The Norman Transcript

July 2, 2013

‘Dark day’: Flags lowered for 19 dead firefighters

By John Marshall and Jacques Billeaud
The Associated Press

YARNELL, Ariz. — As the windblown blaze suddenly swept toward them, an elite crew of firefighting “Hotshots” desperately rushed to break out their emergency shelters and take cover on the ground under the heat-resistant fabric.

By the time the flames had passed, 19 men lay dead in the nation’s biggest loss of firefighters in a wildfire in 80 years.

The tragedy Sunday evening all but wiped out the 20-member Granite Mountain Hotshots, a unit based in the small town of Prescott, Prescott Fire Chief Dan Fraijo said as the last of the bodies were retrieved from the mountain. Only one member survived, and that was because he was moving the unit’s truck at the time, authorities said.

The deaths plunged the town into mourning, and Arizona’s governor called it “as dark a day I can remember” and ordered flags flown at half-staff.

“We are heartbroken about what happened,” President Barack Obama said while on a visit to Africa. He predicted the tragedy will force government leaders to answer broader questions about how they handle increasingly destructive and deadly wildfires.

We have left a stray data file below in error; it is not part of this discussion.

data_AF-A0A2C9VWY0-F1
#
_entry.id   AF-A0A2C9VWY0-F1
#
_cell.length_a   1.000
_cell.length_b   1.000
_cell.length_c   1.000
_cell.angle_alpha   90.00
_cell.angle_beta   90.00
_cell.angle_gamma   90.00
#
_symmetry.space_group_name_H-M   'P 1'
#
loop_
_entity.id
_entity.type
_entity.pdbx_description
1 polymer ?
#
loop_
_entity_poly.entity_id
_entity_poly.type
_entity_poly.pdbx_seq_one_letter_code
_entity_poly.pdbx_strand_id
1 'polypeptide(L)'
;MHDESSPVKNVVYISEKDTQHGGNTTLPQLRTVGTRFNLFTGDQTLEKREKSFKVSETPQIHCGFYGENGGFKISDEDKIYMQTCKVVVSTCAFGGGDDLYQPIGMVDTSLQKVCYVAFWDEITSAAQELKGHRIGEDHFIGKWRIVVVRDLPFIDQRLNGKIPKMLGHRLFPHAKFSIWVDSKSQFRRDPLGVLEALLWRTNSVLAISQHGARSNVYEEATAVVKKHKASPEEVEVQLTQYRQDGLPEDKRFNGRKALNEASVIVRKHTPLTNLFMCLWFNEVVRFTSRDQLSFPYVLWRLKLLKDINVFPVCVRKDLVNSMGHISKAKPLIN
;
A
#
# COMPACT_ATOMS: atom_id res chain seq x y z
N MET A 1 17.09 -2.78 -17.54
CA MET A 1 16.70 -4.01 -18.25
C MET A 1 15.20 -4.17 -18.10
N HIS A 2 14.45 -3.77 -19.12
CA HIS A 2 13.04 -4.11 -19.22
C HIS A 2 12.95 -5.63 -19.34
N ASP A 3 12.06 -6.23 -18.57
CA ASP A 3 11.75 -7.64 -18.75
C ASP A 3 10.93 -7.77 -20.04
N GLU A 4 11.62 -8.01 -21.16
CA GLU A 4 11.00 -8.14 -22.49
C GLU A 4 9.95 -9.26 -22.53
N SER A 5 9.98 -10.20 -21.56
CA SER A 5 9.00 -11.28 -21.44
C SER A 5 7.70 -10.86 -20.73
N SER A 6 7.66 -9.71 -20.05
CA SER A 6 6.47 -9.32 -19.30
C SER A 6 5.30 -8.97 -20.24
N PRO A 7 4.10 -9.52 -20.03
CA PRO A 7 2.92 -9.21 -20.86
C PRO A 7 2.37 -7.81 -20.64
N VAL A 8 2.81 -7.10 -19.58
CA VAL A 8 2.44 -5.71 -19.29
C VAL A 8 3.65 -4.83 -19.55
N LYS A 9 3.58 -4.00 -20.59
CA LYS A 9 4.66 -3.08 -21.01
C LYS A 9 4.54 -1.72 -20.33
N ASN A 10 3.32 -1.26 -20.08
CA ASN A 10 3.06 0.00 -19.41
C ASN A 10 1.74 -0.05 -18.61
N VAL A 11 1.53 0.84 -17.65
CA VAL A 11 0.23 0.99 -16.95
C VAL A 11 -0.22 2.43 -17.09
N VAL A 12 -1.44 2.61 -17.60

The lightning-sparked fire — which had exploded to about 13 square miles by Monday morning — destroyed about 50 homes and threatened 250 others in and around Yarnell, a town of 700 people in the mountains about 85 miles northwest of Phoenix, the Yavapai County Sheriff’s Department said.

Residents huddled in shelters and restaurants, watching their homes burn on TV as flames lit up the night sky in the forest above the town.

It was unclear exactly how the firefighters became trapped. Southwest incident team leader Clay Templin said the crew and its commanders were following safety protocols, and it appears the fire’s erratic nature simply overwhelmed them.

Brian Klimowski, meteorologist in charge of the National Weather Service’s Flagstaff office, said there was a sudden increase and shift in wind around the time of the tragedy. It’s not known how powerful the winds were, but they were enough to cause the fire to grow from 200 acres to about 2,000 in a matter of hours.